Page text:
Kumen Jones House

The house was built by Jones in the late 1880's.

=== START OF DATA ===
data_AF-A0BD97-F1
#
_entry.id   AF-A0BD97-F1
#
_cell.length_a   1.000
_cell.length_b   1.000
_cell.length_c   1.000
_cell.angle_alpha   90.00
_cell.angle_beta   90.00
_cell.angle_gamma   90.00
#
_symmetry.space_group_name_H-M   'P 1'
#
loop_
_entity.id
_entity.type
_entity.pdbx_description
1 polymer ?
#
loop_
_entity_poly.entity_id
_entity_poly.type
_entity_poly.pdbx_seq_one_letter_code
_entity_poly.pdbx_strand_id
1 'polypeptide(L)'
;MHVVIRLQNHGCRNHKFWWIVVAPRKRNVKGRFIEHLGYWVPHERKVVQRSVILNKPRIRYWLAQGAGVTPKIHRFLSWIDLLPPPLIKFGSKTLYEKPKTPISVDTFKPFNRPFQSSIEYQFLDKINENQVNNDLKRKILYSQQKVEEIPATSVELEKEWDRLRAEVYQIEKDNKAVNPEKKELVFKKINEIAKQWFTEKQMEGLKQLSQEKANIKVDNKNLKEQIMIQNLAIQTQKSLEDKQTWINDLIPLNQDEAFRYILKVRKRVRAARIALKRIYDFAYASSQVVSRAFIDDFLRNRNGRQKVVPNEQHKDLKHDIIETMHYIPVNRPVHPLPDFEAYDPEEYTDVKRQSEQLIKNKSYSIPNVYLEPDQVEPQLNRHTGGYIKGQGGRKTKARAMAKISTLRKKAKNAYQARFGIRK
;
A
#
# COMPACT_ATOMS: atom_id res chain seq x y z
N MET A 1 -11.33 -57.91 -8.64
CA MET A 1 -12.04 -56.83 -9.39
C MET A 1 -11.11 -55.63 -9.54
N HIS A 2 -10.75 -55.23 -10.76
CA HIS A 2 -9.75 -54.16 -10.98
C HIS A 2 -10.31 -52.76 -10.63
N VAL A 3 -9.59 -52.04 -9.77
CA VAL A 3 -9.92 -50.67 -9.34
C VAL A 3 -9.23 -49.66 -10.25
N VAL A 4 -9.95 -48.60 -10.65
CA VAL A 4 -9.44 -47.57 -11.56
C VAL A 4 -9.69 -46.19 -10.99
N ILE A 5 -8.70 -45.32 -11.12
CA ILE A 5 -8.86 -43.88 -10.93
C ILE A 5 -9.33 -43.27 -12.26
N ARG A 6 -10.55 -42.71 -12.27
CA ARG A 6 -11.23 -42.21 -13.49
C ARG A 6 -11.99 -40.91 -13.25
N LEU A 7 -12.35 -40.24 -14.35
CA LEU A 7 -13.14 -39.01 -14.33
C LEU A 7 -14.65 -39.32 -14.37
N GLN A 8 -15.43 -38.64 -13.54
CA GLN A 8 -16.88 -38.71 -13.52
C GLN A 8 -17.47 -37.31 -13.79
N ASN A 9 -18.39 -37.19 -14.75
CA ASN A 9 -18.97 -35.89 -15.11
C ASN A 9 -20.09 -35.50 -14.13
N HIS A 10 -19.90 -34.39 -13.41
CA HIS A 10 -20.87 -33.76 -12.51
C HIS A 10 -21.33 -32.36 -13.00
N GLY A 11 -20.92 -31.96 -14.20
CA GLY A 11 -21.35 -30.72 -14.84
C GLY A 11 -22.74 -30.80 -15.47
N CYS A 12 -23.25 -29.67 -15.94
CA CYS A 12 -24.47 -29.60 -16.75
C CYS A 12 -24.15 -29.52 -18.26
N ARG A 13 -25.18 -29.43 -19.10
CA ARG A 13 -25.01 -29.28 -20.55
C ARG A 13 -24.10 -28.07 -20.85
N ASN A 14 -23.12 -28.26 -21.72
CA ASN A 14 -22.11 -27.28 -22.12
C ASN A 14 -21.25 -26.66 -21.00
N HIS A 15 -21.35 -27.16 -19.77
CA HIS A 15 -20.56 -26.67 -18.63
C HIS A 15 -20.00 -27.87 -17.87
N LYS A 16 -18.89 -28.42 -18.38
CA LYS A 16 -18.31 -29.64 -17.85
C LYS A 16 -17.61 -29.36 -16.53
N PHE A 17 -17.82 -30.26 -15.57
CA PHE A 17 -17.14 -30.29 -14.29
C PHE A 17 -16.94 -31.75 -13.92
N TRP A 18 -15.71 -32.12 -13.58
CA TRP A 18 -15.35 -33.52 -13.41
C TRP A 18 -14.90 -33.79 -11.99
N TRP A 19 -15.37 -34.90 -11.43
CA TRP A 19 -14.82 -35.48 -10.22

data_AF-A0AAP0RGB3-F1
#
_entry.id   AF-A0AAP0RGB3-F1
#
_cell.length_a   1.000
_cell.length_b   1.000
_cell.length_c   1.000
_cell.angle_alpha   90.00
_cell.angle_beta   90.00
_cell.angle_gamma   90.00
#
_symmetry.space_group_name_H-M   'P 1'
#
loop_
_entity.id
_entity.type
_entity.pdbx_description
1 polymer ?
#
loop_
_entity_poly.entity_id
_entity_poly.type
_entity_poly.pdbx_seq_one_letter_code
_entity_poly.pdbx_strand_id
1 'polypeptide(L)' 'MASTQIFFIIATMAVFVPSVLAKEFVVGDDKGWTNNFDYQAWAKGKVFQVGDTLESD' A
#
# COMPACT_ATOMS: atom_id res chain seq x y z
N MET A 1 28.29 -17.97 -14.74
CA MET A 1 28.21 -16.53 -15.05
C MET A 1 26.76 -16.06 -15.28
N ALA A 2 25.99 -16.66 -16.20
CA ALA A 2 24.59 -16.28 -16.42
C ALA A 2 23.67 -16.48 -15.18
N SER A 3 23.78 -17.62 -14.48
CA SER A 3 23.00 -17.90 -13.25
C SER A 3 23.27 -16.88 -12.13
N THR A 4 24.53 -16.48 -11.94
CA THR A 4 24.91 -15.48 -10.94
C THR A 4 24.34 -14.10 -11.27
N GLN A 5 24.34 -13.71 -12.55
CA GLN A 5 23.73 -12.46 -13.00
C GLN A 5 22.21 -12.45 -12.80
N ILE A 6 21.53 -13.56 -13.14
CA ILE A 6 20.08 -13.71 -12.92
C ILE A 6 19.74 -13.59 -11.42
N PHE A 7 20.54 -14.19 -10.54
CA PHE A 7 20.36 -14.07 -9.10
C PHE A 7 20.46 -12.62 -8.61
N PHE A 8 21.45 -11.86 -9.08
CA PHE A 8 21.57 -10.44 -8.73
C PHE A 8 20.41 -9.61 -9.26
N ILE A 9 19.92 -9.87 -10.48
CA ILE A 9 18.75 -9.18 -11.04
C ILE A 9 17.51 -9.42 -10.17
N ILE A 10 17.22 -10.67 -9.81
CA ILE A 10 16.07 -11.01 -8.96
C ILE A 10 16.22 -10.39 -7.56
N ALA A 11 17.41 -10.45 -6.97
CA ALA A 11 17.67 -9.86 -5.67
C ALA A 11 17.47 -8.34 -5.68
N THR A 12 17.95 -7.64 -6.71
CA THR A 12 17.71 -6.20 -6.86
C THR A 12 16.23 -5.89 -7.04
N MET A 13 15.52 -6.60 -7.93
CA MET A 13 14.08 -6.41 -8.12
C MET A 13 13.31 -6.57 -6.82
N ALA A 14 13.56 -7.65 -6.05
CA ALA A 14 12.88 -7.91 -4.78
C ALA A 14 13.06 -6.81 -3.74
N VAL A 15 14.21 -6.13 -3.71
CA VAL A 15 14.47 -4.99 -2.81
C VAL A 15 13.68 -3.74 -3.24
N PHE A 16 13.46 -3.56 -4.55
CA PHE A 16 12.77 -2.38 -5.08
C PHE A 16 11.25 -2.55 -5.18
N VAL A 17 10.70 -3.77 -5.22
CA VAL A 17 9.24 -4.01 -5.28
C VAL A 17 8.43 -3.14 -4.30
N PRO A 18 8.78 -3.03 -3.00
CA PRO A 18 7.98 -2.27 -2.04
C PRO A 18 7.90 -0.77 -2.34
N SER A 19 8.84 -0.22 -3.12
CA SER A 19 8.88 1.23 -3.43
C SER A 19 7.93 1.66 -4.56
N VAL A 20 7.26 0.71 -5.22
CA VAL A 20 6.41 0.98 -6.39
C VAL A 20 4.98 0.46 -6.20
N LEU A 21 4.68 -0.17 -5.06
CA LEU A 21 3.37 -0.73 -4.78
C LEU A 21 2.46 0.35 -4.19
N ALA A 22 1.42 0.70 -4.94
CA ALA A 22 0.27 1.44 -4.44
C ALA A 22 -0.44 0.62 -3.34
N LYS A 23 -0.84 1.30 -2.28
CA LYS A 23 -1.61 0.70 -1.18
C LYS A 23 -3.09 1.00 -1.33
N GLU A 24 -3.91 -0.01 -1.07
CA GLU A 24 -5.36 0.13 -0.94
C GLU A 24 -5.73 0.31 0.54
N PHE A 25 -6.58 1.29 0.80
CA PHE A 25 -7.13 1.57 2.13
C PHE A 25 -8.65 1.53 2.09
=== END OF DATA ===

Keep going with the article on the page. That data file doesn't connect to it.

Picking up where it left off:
Born in Cedar City, Utah on May 5, 1856, Kumen Jones married Mary Nielson, daughter of Jens and Elsie Nielson, in 1878.  At age nineteen, Kumen became a true “cowboy,” employed by the C. C. Company to herd cattle through the rangelands near Zions Canyon. In 1878, he was called to be a member of the initial exploring party sent from Paragonah in April, 1879, to determine a feasible site for settlement of the San Juan Mission.  Based on their findings, they advised the leadership that “it would be out of the question for the company to attempt to get through on this route.”  Nevertheless, when the “unanimous decision” was made by the expedition’s leaders “to go to work and make a way through,” Kumen joined the Hole-in-the-Rock Expedition. The transition from stockade-style fort to two story homes, from encampments to the full-fledged town, did not take long.  Homes like this one showcase the fine craftsmanship that typifies Bluff stonework.  With the help of local stone masons and carpenters Nicholas Lovace, Ed Thompson, and H.T. Hibbs,  the Kumen Jones house was built along with other large houses in the historic Bluff townsite.  The house became a Victorian eclectic, cross-wing home with two stories.  The foundation was stone with quarried Bluff sandstone walls. In 1882, Kuman took a second wife, Lydia May Lyman, who had 10 children.  Mary Jones also had a son.  Mary studied midwifery, a valuable avocation in this remote area. Tragically, Lydia Lyman died in a fire in 1906.  After this tragedy, Mary and Kuman ran a co-op store for many years.  After devoting the majority of his life to the establishment and success of Bluff, Kumen Jones died in 1946. Around 1975, a fire engulfed the Jones house destroying the entire interior and roof.  The fire caused the collapse of several stone walls.  The ruin seenat the Bluff Fort is all that remains of this once fine home.  Sections still standing include the north and east walls, parts of the west and south walls of the mainwing, and the southeastern cornerwalls of the south wing.  Some window openings are arched with stones cut in a quoin pattern on the side.  Despite its now ruinous state, the elegant stone work is still visible.